Riddle of Fire Turns a Simple Errand into a Captivating Fairy Tale

Image courtesy of Yellow Veil Pictures

I have to be honest, I really didn’t know what to expect from Riddle of Fire. The plot synopsis I got was pretty vague, so I wasn’t sure what I was getting myself into. However, there was one thing that made me confident the film would be great. It’s distributed by Yellow Veil Pictures, and if you’re not familiar with that name, you should be. They specialize in offbeat, boundary-pushing genre cinema, and they’re fantastic. They gave us some of the best under-the-radar movies of 2023, like Ashkal: The Tunisian Investigation and Falcon Lake, Despite not knowing much about Riddle of Fire, I was intrigued as hell. I just had to review this film, and after finally getting the chance to watch it, I’m happy to report that I was not disappointed.

Riddle of Fire was written and directed by Weston Razooli, and it stars Lio Tipton, Charles Halford, Charlie Stover, Skyler Peters, Phoebe Ferro, and Lorelei Olivia Mote. In the movie, three young children—Hazel, his brother Jodie, and their friend Alice—are asked by Hazel and Jodie’s mother to buy a blueberry pie at a local bakery. It’s a pretty simple request, but it leads to an adventure the likes of which these kids have never experienced. They encounter an evil witch and her mindless disciples, a special hen that lays speckled eggs, and a few other less-than-savory characters. Through it all, their bond becomes stronger than ever.

Right from the very first scene, Riddle of Fire had me absolutely hooked. For starters, this movie is saturated with a fairy-tale atmosphere of magic and wonder. Writer/director Weston Razooli does an excellent job of making sure everything in the film contributes to that vibe in some way. For instance, the score is ethereal and otherworldly, and there are a number of moments when the characters speak in idioms that feel like they come straight out of a storybook.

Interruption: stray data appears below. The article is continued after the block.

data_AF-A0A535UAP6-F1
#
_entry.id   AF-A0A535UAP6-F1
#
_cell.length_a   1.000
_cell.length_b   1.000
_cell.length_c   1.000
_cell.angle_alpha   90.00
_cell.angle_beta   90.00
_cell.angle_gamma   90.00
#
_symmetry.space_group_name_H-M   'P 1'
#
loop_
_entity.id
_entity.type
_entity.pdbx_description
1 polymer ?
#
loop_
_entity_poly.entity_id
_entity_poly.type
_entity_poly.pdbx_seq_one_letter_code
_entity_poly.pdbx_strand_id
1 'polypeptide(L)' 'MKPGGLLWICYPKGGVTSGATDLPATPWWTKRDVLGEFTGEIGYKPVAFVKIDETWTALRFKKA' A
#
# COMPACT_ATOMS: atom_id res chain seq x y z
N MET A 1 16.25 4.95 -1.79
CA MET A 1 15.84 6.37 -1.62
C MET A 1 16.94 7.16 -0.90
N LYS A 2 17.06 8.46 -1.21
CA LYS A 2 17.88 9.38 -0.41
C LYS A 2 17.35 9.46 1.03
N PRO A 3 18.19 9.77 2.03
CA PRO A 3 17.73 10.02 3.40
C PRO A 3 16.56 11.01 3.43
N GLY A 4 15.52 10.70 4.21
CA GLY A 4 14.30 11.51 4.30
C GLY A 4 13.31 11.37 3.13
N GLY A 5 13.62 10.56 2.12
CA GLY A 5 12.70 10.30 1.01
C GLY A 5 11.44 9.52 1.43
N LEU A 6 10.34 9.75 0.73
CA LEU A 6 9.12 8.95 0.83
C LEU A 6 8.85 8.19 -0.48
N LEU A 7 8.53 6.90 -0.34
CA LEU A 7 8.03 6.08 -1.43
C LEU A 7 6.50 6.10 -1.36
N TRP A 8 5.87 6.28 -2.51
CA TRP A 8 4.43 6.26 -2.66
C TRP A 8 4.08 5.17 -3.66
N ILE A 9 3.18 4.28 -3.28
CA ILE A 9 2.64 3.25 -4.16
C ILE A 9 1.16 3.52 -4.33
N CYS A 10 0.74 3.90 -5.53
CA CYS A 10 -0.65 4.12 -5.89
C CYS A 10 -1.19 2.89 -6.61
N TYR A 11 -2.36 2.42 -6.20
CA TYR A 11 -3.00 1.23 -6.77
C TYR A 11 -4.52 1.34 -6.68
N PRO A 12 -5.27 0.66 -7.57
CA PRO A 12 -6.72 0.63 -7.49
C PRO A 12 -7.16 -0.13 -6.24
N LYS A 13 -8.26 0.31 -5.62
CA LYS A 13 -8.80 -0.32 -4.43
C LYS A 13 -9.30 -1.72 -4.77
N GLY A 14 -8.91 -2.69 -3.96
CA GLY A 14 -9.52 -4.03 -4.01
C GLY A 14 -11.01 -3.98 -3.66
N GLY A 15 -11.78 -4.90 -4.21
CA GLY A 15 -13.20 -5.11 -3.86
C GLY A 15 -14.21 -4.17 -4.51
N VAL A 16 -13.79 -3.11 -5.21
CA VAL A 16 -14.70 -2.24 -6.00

My favorite weird line comes early in the movie when the kids go to a store to get some dry ice. One of them suggests asking the owner for help, but he doesn’t say it like that. Instead, he says, “Fetch the proprietor,” and even though it’s just three words, it immediately makes you feel like you’ve been transported to another world.

Three kids being mischievous
Image courtesy of Yellow Veil Pictures

Similarly, Riddle of Fire was shot on 16mm film, which contributes to the unearthly atmosphere.  16mm film doesn’t give us the sharp, pristine look we’re used to from big Hollywood blockbusters. Instead, the picture is a lot softer, and that imbues the movie with an almost dream-like vibe.

All that being said, a movie like Riddle of Fire can’t get by on atmosphere alone. It’s a very character-driven story. For it to truly work, the characters have to be great. And luckily, Hazel and his crew are totally up to the task. To be frank, the actors who play these kids aren’t nearly as good as, say, the cast of Stranger Things or Andy Muschietti’s It, but the writing more than makes up for that deficiency.